WASHINGTON — Washington
Peter Max, where have you been?
Where have you been since the Summer of Love, since we plastered our rooms with your psychedelic posters, covered our loose-leafs with your flower-power petals, slept on your sheets, sported your clothes, told time by your clocks?
Peter Max, where have you been since we've all grown up?
"I joined the human race," says the legendary pop artist of the '60s who virtually defined the decade with his vivid, new-age style and ubiquitous mod Max products. "I went into retreat."
This retreat, during which he left his celebrity and commercial endeavors to spend more time in front of his old wooden easel, was supposed to last a few months.
It lasted 17 years.
And now, at age 52, the European-born pop art guru -- whose work and soul, he says, have always had one foot on planet Earth and one in the stars -- is making a comeback. Sort of.
"It's a comeback as much as I want," jokes Mr. Max, who's just returned from the Soviet Union where his first major exhibition in more than two decades, a 25-year retrospective, has just opened at Leningrad's Hermitage Museum to record-breaking crowds and wild acclaim.
"People were really knocked out, flipped out," says the artist, during a stop in Washington before heading back to his New York studio. "People said, 'Oh, my God, Oh, my God. It's beautiful. It's so happy. We love the colors.' It was surprising to me. I expected people to be tied to the old type of art, or maybe not call it art."
Certainly, in the United States, critics haven't always called his work "art" -- not the T-shirts, not the stamps, not the cool album covers.
But Mr. Max makes no apologies for his vast commercial success -- his numerous off-canvas ventures that turned into a billion-dollar industry -- and says he's never taken the criticism to heart.
"I think I was pushing the envelope back then," says the mustachioed painter whose speech still echoes with traces of a childhood spent in Shanghai, Tibet, Israel and France. "I wanted to do more than previous people had done . . . I would do it all over again. It was a tremendous thrill for me. It added to my confidence, my enthusiasm. In general, it just energized who I was."
But in the end, the hoopla sent him into seclusion for nearly two decades.
"It was overdone," says Mr. Max, a follower of the Dalai Lama who practices yoga regularly and is still steeped in the spiritual mysticism of the '60s. "It was like staying up and partying for a few years. And I wasn't a party person. It was celebrity everywhere -- celebrations, limousines, airplanes, hotel rooms."
He did his drawing in the back of limousines, his painting in hotel rooms using a coffee table as a palette. He missed his easel.
"That's what made me quit. The painting led me to all the success and fame. So I thought I'd better go back and paint and just get better."
So in 1970, he closed his large studio with its animation department and its staff of 55, let go of all but five employees and became a full-time painter. He set up his paints and brushes in Barbados for a while, and then in the Catskills, where he still keeps a studio. He painted, took walks, traveled.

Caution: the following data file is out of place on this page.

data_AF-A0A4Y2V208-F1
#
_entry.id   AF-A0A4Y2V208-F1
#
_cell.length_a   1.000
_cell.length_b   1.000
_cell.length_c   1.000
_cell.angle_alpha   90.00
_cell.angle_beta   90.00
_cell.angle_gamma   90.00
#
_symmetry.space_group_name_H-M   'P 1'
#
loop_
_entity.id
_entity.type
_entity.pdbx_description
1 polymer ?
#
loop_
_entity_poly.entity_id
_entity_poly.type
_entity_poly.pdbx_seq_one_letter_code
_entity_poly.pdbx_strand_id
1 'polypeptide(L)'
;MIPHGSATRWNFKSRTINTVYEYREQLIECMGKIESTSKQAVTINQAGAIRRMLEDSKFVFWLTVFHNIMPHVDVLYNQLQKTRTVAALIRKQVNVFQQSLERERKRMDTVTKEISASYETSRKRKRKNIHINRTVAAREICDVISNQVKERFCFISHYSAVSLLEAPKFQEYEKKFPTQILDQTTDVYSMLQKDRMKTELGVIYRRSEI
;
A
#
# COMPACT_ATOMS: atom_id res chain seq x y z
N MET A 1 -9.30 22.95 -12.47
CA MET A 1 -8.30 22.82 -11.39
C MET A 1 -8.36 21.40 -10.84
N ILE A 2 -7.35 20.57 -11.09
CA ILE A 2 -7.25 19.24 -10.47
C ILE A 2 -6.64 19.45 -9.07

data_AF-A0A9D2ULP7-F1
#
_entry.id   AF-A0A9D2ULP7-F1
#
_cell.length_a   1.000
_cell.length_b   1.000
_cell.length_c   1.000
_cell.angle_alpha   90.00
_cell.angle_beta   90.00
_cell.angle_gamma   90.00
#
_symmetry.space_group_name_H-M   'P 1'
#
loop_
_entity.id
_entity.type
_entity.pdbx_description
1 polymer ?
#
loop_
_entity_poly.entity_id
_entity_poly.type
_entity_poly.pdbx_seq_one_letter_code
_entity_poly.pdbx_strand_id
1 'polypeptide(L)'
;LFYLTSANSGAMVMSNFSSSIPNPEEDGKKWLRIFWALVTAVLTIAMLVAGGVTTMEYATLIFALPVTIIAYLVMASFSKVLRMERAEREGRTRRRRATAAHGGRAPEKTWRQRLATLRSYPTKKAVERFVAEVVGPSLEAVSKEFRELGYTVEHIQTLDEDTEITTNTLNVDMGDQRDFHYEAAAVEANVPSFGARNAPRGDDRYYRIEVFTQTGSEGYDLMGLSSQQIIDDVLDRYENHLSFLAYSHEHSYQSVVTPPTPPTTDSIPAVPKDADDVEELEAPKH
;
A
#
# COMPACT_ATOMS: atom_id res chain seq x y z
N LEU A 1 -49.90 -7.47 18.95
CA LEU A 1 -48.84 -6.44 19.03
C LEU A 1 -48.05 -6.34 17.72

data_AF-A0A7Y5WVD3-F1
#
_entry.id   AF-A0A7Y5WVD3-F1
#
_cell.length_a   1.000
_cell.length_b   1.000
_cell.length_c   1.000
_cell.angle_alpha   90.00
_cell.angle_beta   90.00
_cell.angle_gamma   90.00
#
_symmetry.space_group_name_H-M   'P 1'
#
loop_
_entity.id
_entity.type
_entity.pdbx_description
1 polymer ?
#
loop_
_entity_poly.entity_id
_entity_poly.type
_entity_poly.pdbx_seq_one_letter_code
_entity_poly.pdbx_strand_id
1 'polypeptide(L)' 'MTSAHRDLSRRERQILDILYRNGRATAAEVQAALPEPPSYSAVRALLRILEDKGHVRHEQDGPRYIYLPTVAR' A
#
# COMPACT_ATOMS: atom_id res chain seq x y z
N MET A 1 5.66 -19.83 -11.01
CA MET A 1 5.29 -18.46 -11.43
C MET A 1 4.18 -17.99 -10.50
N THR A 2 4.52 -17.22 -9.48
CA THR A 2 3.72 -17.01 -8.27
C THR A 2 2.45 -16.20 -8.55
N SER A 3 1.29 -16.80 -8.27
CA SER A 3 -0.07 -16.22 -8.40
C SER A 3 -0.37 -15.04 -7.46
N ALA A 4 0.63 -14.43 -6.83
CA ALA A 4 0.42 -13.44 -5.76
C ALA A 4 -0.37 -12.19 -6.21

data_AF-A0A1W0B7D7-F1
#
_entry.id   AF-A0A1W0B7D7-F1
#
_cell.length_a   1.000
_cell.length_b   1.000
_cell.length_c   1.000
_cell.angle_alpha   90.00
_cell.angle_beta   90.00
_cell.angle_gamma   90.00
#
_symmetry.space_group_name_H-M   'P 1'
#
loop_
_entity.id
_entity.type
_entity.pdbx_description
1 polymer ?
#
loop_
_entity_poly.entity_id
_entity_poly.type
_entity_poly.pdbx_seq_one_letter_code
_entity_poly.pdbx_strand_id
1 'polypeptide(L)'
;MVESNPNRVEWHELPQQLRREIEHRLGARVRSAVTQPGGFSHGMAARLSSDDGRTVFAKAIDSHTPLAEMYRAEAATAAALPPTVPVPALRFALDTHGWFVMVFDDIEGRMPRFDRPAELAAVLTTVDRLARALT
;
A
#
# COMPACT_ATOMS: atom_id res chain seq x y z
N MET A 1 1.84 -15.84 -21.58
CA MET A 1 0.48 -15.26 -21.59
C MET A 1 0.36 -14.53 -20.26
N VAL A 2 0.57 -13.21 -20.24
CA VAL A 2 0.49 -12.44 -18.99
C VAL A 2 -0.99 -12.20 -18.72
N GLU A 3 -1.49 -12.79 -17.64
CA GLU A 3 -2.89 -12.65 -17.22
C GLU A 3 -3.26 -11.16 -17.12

"I had a sketch pad under my arm for the whole 17 years. I studied. I became good."
And for the first four years, the artist and environmentalist was content to have nothing to do with the commercial world. "It was a nice, peaceful life I led," says the divorced father of two, son Adam Cosmo, 26, and daughter Libra Astro, 24.
But in 1974, he designed a "Preserve the Environment" postage stamp commemorating the World's Fair in Spokane -- and the old adrenalin started rushing again.
Still, he stayed in semi-seclusion, he says, only "coming back out" to do occasional projects. These forays began to whet his appetite for a more public persona and more public display of his work, and by the early-'80s, he says, "I started missing it, I started thinking about coming out."
In the mid-'80s, he was knocking on Lee Iacocca's door, discussing the renovation of the Statue of Liberty, and by 1989 he was designing a huge seven-story rock and roll stage for the Moscow Music and Peace Festival.
The new feeling of freedom and "perestroika" he found in Moscow inspired an Andy Warhol-like "Forty Gorbys" installation a New York gallery which, when visited by Soviet diplomats and promoters, led to the current retrospective at the Hermitage. The exhibit of posters, paintings, graphics and sculpture is to travel through Europe for the next two years before making its way to the United States.
Although he considers himself thoroughly out of retreat these days, he says he's spending 99 percent of his time painting, and is "much more careful" about his exposure and projects. Although he designed some watches several years ago "just for fun," it's doubtful we'll see another burst of Maxabilia on the market again, he says.